Magners League: Ulster now playing waiting game
Ulster 27 Connacht 16: Ulster kept their Magners League top four finish dream alive last night at Ravenhill, but their failure to add a bonus point may yet prove crucial.
In view of their home record against Connacht, Ulster were firm favourites. In the circumstances it was hardly surprising that the guests’ coach, Eric Elwood, rolled out the biggest of his big guns in the hope of halting a run of failures dating back to November 1960.
With Cardiff Blues’ 29-9 home win against Benetton Treviso the previous night having seen them leapfrog Ospreys and Ulster, pushing them down the table to fifth and fourth spots respectively, Brian McLaughlin’s side certainly did not lack motivation.
Ulster knew they had to win — ideally with a try-scoring bonus for good measure — and with Irish coach Declan Kidney looking on they went on the attack from the start with Simon Danielli doing well to pick a pass up off his toes and feeding Darren Cave who in turn linked with midfield partner Nevin Spence. Great start.
Ulster were buzzing. Captain Rory Best, Ruan Pienaar and Adam D’Arcy produced another slick passage and their impressive opening was duly rewarded when, in the 6th minute, Ian Humphreys, D’Arcy and Cave combined delightfully to release Best who went through to score a gem under the posts.
Humphreys converted and with a try in the bag Ulster were off the mark in pursuit of their target figure of four.
But they lost their way for a time after that. Connacht came back strongly and when their big pack recycled good ball in the Ulster 22, scrum-half Frank Murphy’s pass to his partner Ian Keatley enabled the stand-off to drop a neat Aquinas end goal which made it 7-3.
Connacht continued to make the running, helped somewhat by referee JP Doyle whose repeated ruling in their favour was much to the chagrin of the big home crowd.
Four times in the first half the ERU official, handling his first-ever Magners League game, upset the faithful to the point where they responded to the decisions with derisive slow hand-clapping.
Ulster had lost their early rhythm, with Connacht refusing to let them rediscover it.
In fact, the guests were looking more menacing. An attempted cross-kick by Humphreys succeeded in finding Fionn Carr rather than Craig Gilroy and it required a magnificent tackle by Cave to stop the Connacht wing getting away.
Then Pienaar did well to get back to touch down in-goal as Carr chased a Keatley grubber.
So it was against the run of play that they scored their second try, with D’Arcy getting that after a break-out in which Humphreys was the key man. The out-half converted the score he had made, leaving Ulster a flattering 14-3 to the good and half-way towards that all-important bonus.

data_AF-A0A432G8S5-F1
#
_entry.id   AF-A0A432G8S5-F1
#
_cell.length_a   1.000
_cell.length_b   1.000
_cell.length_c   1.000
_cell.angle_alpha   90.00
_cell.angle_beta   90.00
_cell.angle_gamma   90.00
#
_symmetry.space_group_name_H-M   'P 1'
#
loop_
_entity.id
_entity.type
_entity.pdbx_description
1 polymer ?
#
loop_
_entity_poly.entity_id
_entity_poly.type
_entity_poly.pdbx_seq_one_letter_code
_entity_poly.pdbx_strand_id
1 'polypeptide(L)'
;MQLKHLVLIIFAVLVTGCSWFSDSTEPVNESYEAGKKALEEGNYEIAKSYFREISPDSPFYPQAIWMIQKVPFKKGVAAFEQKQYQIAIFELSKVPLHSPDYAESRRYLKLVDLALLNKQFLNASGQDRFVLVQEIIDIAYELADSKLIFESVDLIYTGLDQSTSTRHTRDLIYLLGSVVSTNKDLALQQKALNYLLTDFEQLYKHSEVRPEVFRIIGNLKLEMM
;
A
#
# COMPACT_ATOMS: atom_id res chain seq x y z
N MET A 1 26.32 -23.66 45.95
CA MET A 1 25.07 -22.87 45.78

But on the stroke of half-time Keatley, who had missed a 22nd minute penalty from just beyond the 10-metre line, added his second of the evening with a well-judged kick from fractionally inside the Ulster half.
He had a chance to reduce the deficit further four minutes after the restart when Dan Tuohy was harshly penalised following an error of judgement by young Gilroy who was caught out having misjudged a Carr up-and-under, but his kick came back off an upright.
Three minutes later, however, Keatley made no mistake – 14-9 and game on with Ulster seemingly becalmed.
Humphreys appeared to have some put much-needed wind in their white sails with a penalty from between half-way and the 10-metres line, making it 17-9, but Ulster were stunned almost at once by try from Connacht hooker Sean Cronin who left the home defence for dead after racing onto a Keatley pass following a line-out.
Keatley’s conversion cut the differential to one point and with so much of Ulster’s play taking them across the pitch rather than over the gain line the crowd’s growing concern became more and more tangible in the latter stages.
Their frustration with their team was matched by anger towards the referee whose bewildering decision-making reduced them to uncharacteristic booing.
Danielli knocked on under the visitors’ crossbar but when the Connacht front row infringed under intense pressure in the resultant scrum, Humphreys was happy to kick the penalty and open up a four-point gap with 11 minutes remaining.
A 75th minute Cave try took them to within one of their target with a lovely score, searing through having taken up a great line and Humphreys maintained his perfect off-the-tee record on the night by converting.
But the fourth try would not come leaving Ulster to see what unfolds when Leinster and Ospreys play away to Aironi and at home to Munster respectively.